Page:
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a little sandpapering to remove old paint." He always took his lunch with him and ate it from a lunch box. He generally wiped his hands with a clean cloth, and if he had a little linseed oil he used that. Sometimes he "ate without washing his hands when they were not too dirty." Before going to work for the subscriber he worked for one Johansen about a year, and before that for one DeLude doing the same kind of work for about three months. Before that time he worked in Boston for probably five or six weeks. During the nine years he worked as a painter he had cramps in the stomach quite a number of times at night; they would last only for one night and sometimes he would feel them in the morning. These were shooting pains and were bad enough to wake him up; he would have to turn from one side to the other and would not get relief until he went to the lavatory. For the last two or three years he has had heart burn and his food does not seem to digest well. "His appetite was good but lately it seemed to get worse." Within the last year or so some days on the job he would feel like vomiting but he would not; and he would feel sick but a few minutes afterwards he could eat a great deal. At lunch time, sometimes, "he could not eat and he would drink a pint of milk and let it go." These conditions continued down to July 18, 1928. Before that date, when he would be working, some days his arm and hand would feel tired; after a while the brush would seem too heavy for him and his wrist would drop and he would have to take the brush in the other hand; he would work with that hand until the same thing happened. He had this trouble often when he worked for Johansen. He suffered with headache, beginning a few years ago. "A number of times he would have a headache when he got up in the morning, eat his breakfast and go to work; then it would kind of work off but along toward the afternoon it would come back again." Sometimes he would go without having a headache for a week. "Within the last year or so the headache seemed to keep coming worse"; he kept a box of aspirin in his pocket which seemed to help him. "He had a taste in his mouth, especially in the morning or when he got out in the air after getting through work; he then noticed the taste in his mouth like paint." In the spring of 1928 he "was sick to his stomach" and "it seemed as though he had paint in his mouth all the time"; he said he might have had the taste before but noticed it more then. On a Saturday in the spring of 1928, while working for Johansen he had such cramps in the stomach that he could not work and came home, and all day long he was vomiting and going to the lavatory. About three years ago he would get dizzy and something would come over his eyes when he stooped, he would lose his balance if he did not watch out; and he was walking one night and "all at once he kept going to the left all the time." He went to a doctor who examined his eyes and gave him some medicine; "this helped a little but he always felt this dizziness afterwards a little; it would be worse some weeks than others. This walking to the left lasted probably four, five or six weeks; it was not as bad since then up to when he was sick; just before he was sick he would take a step out when he was walking to try to balance himself; that tendency was mostly to the left." He had had dizziness for two years at least; it stopped except when he stooped down or got up; "it seemed to be more, especially if he looked up and turned when he was talking; if he kept sideways he would lose his balance like. He is not that way now. ... It stopped . . . just before he was taken sick in July." In the spring of 1928, spots would come over his eyes when he was working. When he was working in the "Modern Home" he first noticed that the work would be too close, or it seemed to be too close. His eyes would feel tired and there seemed to be "something drawing them together at the side of his nose"; and the wall he was working on seemed to be moving. His sleep has not been good. On July 18, 1928, when he got up in the morning he "did not feel very good" but "went to work and there was nothing much unusual." As before stated, he remained away from work one week, then returned to work for two weeks until July 18,1928; he thinks he did work a couple of weeks after that; then was away from work until about the second week of September, 1928, when he went back to work, worked a day and a half, and did not work longer because he could not stand on his feet and his ankles began to swell. Since September, 1928, he has never been able to return to his work with the subscriber nor to perform work elsewhere.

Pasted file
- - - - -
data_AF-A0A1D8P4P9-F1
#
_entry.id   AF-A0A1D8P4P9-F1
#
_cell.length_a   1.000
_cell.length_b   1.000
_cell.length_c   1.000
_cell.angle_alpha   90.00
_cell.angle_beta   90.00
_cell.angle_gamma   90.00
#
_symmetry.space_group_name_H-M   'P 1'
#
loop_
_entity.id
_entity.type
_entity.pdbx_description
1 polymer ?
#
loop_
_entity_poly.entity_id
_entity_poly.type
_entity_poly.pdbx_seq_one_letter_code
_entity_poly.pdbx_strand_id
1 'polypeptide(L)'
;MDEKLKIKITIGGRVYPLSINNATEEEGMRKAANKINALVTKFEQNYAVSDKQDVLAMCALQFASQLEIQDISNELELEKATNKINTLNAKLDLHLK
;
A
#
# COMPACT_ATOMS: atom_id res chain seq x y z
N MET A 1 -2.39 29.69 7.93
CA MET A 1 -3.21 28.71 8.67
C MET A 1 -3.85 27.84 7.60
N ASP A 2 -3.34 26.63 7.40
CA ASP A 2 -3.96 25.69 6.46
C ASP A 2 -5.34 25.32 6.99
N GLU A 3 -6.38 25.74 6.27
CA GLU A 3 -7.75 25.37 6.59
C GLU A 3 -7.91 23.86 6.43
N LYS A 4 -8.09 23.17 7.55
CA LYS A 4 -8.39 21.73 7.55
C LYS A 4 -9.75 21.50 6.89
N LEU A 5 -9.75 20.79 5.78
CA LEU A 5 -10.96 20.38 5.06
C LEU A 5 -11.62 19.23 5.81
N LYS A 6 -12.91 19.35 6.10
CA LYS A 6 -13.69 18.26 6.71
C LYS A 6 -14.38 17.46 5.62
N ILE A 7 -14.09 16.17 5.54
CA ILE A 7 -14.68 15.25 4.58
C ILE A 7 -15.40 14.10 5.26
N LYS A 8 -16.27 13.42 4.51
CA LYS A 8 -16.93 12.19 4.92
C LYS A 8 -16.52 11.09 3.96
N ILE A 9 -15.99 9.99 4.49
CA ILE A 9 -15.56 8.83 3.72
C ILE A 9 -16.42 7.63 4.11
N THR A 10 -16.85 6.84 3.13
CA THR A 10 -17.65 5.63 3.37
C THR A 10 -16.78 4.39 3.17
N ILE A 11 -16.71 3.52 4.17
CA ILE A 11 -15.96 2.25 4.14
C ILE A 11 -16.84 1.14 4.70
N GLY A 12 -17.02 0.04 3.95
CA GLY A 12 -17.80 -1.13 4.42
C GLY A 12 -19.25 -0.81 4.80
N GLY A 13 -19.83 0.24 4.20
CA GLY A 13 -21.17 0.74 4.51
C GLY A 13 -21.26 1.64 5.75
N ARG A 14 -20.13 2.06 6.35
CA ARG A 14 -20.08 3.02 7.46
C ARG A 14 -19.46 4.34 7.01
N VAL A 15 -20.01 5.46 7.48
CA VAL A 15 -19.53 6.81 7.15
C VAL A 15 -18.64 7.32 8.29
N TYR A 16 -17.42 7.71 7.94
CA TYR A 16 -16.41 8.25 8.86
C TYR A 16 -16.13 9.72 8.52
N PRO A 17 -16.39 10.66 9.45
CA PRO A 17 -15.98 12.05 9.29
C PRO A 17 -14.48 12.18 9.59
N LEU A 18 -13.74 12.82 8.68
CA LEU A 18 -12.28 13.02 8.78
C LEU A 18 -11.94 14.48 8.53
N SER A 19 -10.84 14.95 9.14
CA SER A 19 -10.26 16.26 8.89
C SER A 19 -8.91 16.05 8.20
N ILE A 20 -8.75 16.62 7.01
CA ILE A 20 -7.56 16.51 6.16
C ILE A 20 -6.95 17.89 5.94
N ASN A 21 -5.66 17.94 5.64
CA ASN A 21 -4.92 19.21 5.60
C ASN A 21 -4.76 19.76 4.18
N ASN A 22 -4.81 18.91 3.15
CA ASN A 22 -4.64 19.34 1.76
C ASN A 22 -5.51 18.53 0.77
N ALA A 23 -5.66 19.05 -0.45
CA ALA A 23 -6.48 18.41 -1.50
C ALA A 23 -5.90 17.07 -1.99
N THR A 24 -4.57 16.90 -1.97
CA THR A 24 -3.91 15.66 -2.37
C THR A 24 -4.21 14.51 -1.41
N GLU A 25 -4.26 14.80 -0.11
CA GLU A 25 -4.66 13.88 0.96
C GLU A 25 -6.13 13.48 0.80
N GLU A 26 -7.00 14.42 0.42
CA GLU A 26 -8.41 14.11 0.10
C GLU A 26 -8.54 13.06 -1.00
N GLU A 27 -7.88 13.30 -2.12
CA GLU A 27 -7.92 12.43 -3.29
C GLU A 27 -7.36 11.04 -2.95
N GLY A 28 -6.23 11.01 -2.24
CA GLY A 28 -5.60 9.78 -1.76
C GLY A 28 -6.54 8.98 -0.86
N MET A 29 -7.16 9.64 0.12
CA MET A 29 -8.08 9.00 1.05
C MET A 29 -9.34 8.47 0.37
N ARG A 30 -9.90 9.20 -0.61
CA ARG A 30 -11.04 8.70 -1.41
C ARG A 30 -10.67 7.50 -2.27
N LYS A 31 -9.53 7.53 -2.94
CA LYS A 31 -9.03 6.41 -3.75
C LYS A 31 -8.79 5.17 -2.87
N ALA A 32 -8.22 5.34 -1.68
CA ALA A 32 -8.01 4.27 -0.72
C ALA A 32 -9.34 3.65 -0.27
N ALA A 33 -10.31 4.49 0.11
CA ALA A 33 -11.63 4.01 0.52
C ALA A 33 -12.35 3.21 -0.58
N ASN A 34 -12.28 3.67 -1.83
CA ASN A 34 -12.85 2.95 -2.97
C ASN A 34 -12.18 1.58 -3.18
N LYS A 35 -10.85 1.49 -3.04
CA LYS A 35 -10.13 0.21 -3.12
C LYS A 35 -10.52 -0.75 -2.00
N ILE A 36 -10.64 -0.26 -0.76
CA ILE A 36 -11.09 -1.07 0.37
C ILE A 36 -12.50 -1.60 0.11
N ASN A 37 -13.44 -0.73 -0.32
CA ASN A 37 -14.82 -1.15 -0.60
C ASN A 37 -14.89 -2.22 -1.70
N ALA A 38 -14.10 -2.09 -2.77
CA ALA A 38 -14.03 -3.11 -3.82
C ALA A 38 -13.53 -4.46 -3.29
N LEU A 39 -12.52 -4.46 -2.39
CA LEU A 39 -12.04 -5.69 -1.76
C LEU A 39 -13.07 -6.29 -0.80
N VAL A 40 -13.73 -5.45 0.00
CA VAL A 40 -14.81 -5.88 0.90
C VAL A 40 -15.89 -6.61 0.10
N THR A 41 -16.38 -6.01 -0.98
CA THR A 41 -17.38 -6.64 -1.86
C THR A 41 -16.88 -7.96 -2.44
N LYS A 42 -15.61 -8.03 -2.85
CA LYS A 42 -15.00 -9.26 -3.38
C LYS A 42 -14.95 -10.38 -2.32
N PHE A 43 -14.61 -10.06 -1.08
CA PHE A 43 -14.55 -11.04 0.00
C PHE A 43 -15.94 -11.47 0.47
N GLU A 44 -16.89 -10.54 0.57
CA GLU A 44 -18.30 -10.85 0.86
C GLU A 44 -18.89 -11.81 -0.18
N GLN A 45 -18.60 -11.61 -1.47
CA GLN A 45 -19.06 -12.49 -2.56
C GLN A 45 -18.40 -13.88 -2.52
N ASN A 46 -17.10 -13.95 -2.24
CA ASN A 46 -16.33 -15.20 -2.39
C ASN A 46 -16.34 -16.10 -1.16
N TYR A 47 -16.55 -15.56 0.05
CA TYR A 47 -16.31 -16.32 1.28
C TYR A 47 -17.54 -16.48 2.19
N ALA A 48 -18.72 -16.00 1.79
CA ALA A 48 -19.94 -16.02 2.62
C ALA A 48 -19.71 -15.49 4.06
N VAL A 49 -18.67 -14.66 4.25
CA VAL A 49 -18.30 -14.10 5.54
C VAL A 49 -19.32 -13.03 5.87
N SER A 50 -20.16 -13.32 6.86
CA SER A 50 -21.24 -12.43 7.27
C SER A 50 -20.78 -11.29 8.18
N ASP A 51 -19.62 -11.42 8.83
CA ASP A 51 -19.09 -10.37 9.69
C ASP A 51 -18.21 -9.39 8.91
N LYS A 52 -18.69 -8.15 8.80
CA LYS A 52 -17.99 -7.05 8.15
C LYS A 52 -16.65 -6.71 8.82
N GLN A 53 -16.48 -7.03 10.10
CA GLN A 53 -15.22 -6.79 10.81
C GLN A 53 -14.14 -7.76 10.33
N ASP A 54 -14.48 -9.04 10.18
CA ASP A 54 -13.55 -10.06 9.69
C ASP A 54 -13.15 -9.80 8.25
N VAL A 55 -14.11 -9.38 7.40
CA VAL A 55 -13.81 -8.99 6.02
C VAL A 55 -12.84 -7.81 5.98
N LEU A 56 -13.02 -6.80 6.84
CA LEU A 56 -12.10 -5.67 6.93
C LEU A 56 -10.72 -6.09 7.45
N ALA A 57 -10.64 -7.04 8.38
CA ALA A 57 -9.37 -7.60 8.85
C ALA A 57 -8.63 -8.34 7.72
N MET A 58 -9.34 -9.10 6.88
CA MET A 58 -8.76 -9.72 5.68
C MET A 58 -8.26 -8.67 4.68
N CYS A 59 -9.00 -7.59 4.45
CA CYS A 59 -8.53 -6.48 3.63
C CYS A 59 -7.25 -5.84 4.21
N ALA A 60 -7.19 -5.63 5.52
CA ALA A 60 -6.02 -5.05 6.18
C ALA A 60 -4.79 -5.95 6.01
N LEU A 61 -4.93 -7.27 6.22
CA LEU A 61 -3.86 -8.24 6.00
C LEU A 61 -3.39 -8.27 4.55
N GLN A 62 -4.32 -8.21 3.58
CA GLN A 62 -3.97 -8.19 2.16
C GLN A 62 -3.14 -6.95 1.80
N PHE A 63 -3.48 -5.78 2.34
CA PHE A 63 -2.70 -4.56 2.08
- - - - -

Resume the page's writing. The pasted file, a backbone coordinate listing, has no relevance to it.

There is no evidence in the record that any paint or any painting compound used by the employee contained lead or other harmful substance while he was in the employment of the subscriber. The testimony of the physician (Fossner) that the description of the employee's symptoms during the three years last past indicated lead poisoning, justified, if believed, the finding of the board of review that the injury of the employee was due to lead poisoning, but afforded on the evidence no basis for its further finding that "the date of the employee's injury is July 18, 1928." There is no evidence in the case that the alleged lead poisoning of the employee was due directly or indirectly to his employment with the subscriber. It is elementary that the evidence must prove that the accident arose out of, as well as in the course of, the employment. We find no causal relation between the injury of the employee and the nature of his employment. Sanderson's Case, 224 Mass. 558. Green's Case, 266 Mass. 355. Herlihy's Case, 267 Mass. 232.

It follows that the decree must be reversed and a decree entered for the insurer.

So ordered.